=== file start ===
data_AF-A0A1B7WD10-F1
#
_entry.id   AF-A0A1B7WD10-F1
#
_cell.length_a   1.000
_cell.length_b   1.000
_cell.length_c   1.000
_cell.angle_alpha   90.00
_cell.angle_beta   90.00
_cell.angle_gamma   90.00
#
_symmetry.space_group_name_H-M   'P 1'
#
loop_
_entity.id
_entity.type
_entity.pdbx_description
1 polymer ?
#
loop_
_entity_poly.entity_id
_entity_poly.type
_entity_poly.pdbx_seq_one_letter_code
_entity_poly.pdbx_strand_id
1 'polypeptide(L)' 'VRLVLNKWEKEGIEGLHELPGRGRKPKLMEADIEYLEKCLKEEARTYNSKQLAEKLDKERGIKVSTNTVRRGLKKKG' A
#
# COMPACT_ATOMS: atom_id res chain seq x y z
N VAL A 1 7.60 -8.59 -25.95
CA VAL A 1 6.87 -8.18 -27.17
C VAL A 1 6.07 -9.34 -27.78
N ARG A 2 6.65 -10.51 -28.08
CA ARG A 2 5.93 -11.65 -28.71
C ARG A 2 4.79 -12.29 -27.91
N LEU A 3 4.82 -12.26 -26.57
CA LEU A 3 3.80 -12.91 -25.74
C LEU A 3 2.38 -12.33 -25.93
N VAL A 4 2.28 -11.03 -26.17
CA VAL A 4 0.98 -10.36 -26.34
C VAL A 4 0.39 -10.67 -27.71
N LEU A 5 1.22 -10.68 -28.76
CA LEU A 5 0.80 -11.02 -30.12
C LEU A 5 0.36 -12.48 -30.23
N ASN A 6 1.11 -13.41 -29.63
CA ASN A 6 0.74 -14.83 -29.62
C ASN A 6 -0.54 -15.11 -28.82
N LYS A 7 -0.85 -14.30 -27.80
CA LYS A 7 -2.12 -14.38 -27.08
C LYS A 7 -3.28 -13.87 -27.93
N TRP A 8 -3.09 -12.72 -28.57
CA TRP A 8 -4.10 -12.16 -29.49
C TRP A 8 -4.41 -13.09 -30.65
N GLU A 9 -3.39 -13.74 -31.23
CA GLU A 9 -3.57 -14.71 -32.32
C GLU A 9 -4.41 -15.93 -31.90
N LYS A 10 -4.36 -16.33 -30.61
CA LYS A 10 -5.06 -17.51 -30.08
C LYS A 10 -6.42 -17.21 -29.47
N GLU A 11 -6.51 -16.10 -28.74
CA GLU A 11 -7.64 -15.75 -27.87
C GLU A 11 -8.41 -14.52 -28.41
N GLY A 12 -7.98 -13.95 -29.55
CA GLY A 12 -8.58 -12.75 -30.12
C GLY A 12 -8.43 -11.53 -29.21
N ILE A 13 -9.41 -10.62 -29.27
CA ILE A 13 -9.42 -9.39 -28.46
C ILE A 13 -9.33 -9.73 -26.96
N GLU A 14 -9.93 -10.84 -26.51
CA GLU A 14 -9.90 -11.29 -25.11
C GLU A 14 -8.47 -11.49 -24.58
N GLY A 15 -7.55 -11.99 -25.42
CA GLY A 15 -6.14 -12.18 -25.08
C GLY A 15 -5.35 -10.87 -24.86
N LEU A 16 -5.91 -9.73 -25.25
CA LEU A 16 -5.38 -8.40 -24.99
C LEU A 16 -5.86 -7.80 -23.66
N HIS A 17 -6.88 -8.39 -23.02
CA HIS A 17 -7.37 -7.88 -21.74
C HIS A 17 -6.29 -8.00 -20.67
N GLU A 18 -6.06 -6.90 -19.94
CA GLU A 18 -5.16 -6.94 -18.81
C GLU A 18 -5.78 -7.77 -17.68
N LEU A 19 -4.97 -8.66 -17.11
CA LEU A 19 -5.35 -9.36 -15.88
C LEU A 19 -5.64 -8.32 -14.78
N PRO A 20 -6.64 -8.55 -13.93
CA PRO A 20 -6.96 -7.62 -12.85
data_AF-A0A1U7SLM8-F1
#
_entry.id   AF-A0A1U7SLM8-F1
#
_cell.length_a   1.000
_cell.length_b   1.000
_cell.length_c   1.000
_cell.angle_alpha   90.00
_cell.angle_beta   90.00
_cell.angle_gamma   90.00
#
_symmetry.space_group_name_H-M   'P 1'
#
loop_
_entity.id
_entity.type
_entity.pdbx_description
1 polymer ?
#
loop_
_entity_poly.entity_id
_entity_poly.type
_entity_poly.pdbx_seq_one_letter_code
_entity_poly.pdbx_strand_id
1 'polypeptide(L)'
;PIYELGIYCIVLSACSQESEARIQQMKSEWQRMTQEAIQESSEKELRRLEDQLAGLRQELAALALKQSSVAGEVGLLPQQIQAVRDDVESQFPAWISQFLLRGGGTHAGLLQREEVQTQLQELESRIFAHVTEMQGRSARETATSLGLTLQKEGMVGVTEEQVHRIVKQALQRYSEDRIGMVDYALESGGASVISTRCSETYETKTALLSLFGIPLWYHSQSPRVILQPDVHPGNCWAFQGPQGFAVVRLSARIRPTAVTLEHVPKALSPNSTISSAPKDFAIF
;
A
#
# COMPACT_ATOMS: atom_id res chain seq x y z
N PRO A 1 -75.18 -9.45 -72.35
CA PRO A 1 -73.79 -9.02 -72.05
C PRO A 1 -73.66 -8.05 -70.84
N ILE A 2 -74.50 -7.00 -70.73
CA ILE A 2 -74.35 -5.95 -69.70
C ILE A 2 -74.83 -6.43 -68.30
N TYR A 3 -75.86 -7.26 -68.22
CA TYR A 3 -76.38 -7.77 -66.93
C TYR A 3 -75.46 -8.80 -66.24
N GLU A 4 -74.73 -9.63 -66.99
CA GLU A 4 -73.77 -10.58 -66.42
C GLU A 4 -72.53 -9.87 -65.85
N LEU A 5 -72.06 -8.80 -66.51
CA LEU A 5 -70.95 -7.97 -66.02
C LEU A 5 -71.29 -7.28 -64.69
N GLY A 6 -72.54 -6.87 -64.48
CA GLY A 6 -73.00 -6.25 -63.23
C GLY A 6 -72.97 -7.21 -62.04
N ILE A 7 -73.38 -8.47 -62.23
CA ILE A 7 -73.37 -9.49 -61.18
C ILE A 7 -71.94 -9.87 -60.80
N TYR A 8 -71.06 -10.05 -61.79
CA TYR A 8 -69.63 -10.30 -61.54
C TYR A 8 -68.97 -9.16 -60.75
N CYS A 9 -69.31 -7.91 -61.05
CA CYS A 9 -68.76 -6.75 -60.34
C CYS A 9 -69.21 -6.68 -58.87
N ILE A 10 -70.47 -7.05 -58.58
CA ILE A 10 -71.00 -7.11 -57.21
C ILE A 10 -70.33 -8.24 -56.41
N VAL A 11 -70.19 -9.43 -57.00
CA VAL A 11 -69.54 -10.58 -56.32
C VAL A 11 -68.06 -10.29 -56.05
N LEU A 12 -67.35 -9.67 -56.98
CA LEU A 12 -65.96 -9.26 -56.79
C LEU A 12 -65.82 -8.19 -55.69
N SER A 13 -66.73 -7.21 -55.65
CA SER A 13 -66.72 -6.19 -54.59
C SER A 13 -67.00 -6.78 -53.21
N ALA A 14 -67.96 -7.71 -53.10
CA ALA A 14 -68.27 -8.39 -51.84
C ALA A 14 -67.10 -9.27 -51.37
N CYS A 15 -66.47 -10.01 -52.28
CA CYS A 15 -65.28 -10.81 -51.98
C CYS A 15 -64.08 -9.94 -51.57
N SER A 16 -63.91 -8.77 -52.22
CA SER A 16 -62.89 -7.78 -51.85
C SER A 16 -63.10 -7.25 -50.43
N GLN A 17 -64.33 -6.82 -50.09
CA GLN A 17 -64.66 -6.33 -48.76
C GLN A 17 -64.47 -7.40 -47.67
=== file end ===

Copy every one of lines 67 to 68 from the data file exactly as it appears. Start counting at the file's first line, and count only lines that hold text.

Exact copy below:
N GLU A 14 -9.93 -10.84 -26.51
CA GLU A 14 -9.90 -11.29 -25.11